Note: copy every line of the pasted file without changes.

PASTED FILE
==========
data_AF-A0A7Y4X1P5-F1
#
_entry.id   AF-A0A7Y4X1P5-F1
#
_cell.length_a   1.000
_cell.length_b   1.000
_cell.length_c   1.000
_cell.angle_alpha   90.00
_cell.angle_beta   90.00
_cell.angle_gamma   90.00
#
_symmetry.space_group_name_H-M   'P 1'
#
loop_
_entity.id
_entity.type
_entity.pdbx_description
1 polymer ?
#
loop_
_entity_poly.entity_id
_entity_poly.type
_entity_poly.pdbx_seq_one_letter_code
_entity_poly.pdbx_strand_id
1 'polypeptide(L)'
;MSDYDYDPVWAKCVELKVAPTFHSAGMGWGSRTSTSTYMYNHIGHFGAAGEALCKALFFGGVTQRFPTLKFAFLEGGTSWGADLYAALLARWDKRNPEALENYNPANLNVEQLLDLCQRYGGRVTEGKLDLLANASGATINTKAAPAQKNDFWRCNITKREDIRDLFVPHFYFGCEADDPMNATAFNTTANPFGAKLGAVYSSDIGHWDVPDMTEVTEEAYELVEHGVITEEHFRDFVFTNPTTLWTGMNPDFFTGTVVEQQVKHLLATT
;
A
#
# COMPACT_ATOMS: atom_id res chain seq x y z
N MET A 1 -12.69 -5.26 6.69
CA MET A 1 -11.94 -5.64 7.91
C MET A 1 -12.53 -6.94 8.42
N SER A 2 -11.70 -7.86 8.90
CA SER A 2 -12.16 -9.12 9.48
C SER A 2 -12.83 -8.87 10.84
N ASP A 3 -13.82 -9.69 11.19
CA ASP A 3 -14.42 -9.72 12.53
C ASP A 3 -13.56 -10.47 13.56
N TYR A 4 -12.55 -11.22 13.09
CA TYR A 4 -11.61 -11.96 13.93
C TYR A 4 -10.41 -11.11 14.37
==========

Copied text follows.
data_AF-A0A7Y4X1P5-F1
#
_entry.id   AF-A0A7Y4X1P5-F1
#
_cell.length_a   1.000
_cell.length_b   1.000
_cell.length_c   1.000
_cell.angle_alpha   90.00
_cell.angle_beta   90.00
_cell.angle_gamma   90.00
#
_symmetry.space_group_name_H-M   'P 1'
#
loop_
_entity.id
_entity.type
_entity.pdbx_description
1 polymer ?
#
loop_
_entity_poly.entity_id
_entity_poly.type
_entity_poly.pdbx_seq_one_letter_code
_entity_poly.pdbx_strand_id
1 'polypeptide(L)'
;MSDYDYDPVWAKCVELKVAPTFHSAGMGWGSRTSTSTYMYNHIGHFGAAGEALCKALFFGGVTQRFPTLKFAFLEGGTSWGADLYAALLARWDKRNPEALENYNPANLNVEQLLDLCQRYGGRVTEGKLDLLANASGATINTKAAPAQKNDFWRCNITKREDIRDLFVPHFYFGCEADDPMNATAFNTTANPFGAKLGAVYSSDIGHWDVPDMTEVTEEAYELVEHGVITEEHFRDFVFTNPTTLWTGMNPDFFTGTVVEQQVKHLLATT
;
A
#
# COMPACT_ATOMS: atom_id res chain seq x y z
N MET A 1 -12.69 -5.26 6.69
CA MET A 1 -11.94 -5.64 7.91
C MET A 1 -12.53 -6.94 8.42
N SER A 2 -11.70 -7.86 8.90
CA SER A 2 -12.16 -9.12 9.48
C SER A 2 -12.83 -8.87 10.84
N ASP A 3 -13.82 -9.69 11.19
CA ASP A 3 -14.42 -9.72 12.53
C ASP A 3 -13.56 -10.47 13.56
N TYR A 4 -12.55 -11.22 13.09
CA TYR A 4 -11.61 -11.96 13.93
C TYR A 4 -10.41 -11.11 14.37